While it’s optimal to keep all of your natural teeth, there may be a situation in which one or more of your teeth are knocked out or need to be extracted. When this happens, you’ll need to consider replacement options that are available to avoid further oral health problems. One option for tooth or teeth replacement is dental implants.
A dental implant is a dental prosthetic that requires the placement of a false tooth (called a dental crown) to replace a tooth that is missing or has been pulled. Dental implants are unique in that they are a permanent fixture. Dental crowns are held in place via an abutment, which is connected to a titanium rod. This rod is fused to the jawbone in a way that keeps it in place—even under great stress.
The placement of dental implants may come about because of a few different reasons.
One of the most common reasons patients have implants placed is poor oral hygiene. Without proper brushing, rinsing, and flossing, a tooth can become severely compromised and decayed. If the tooth decay isn’t addressed early enough, it can become worse and worse. Eventually, it may get to the point where the tooth can no longer be saved. If this happens, the tooth is extracted. From there, replacement options can be considered (including dental implants).
Another reason for the placement of a dental implant or implants is an accident. There are certain accidents that occur that either knock the patient’s teeth out or damage them to the point in which they cannot be repaired. If they are too damaged to repair, a dentist may decide to pull the tooth or teeth of a patient. Otherwise, if the tooth has been knocked out or has fallen out, the dentist will simply need to check to see if the patient is a good candidate for dental implants.
When a tooth or teeth need to be replaced, there are a couple of options that are common—dental implants and dentures. While many people think of dentures as full teeth replacements, they can actually be used for partial replacement. Likewise, implants can be used for the repair and replacement of multiple teeth.
There is actually an option that involves both implants and dentures—implant retained dentures. For one tooth or a small portion of teeth, though, this may not be the best choice.
More often, dentures are not attached, allowing the patient to remove them at any time. This can make dentures difficult for eating and even speech since they aren’t as secure. Dental implants, on the other hand, are firmly placed. This allows for more durability and a stronger bite.
Ultimately the choice between dentures and implants comes down to a few factors. You may or may not be a candidate for implants. If you aren’t, dentures may be your only option. Cost also may be a factor. Speak with your dentist about which choice is best for you if you need to have one or more teeth replaced.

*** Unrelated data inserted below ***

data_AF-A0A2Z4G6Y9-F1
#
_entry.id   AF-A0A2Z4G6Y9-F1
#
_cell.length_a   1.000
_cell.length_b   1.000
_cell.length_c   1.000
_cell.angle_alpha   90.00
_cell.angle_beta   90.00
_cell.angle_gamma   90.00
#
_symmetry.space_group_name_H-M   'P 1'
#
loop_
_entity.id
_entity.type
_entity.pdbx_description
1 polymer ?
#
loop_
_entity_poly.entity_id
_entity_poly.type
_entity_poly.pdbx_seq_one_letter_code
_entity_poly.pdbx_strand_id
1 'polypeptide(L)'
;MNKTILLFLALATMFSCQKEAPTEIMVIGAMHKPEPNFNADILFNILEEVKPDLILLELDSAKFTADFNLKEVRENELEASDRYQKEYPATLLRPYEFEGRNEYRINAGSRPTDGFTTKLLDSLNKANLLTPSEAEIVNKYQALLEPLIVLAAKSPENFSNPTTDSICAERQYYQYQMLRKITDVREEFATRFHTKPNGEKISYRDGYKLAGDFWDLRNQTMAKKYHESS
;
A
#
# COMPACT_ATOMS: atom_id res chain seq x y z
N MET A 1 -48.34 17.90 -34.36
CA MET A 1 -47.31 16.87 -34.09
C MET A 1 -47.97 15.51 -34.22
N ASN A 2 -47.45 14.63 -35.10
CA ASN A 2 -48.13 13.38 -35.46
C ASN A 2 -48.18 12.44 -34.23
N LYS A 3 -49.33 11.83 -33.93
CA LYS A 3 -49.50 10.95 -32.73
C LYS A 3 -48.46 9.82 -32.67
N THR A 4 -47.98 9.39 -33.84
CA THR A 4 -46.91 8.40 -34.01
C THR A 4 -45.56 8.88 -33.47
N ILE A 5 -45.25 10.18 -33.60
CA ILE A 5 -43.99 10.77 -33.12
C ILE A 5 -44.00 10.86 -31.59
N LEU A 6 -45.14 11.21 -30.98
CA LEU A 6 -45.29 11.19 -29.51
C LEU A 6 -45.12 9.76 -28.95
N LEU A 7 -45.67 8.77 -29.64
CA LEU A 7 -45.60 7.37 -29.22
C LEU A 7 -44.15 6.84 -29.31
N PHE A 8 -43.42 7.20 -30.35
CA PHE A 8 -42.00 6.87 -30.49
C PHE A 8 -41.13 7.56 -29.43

The process of placing a dental implant begins with a consultation. Your dentist will look at the extent of the damage that has occurred. If you have a damaged tooth from an accident or you have severe cavities and decay, your dentist will consider if the tooth is worth saving or not. Most dentists prefer to save a portion of the natural tooth if possible. If it cannot be saved, it will be extracted.
Once your dentist has determined that you are a good candidate for dental implants, they will set an appointment with you for the initial procedure. This involves the placement of a titanium rod in your jawbone. Over around six to twelve weeks the rod will fuse with your jawbone, becoming secure. The dentist will then place the abutment and the dental crown.
Dental implants last a long time, which makes them a great long-term option for tooth replacement.
Once you’ve had your dental implant or implants placed, it’s important to take good care of them. While a dental implant is not a natural tooth, it can still be damaged. Dental implants are tough, but they can be damaged by food in the same way your natural teeth can.
Keep in mind that your dental implant only replaces the tooth—not the gums around the tooth. You need to continue to take good care of your gums around the implant—which means continuing to brush and floss regularly. The same is true if multiple implants are placed, or if an entire denture is implanted.
Care for your dental implant or implants like you would a natural tooth. There is no need for special treatment.
Whether or not you are a candidate for dental implants depends on a variety of factors. First, your dentist will check to see if dental implants are your only option. Replacing an entire tooth is a last resort. From there, the dentist will check your jawbone and other factors to determine if the implant can be placed.
Once your dentist has decided that you are a good candidate, you’ll need to speak with your insurance company about coverage for the procedure. Not all insurance providers cover this procedure and even if they do, the coverage may not be excellent. If your insurance company doesn’t cover it or doesn’t cover enough of it, you may need to either discuss other options with your dentist or see if there is a way to cover the payment over time.
If you have a missing tooth or teeth, or if your teeth are very decayed/damaged, make sure to schedule an appointment today. Don’t allow the problem to get worse! From there your dentist can take a look and see if you are a good candidate for dental implants.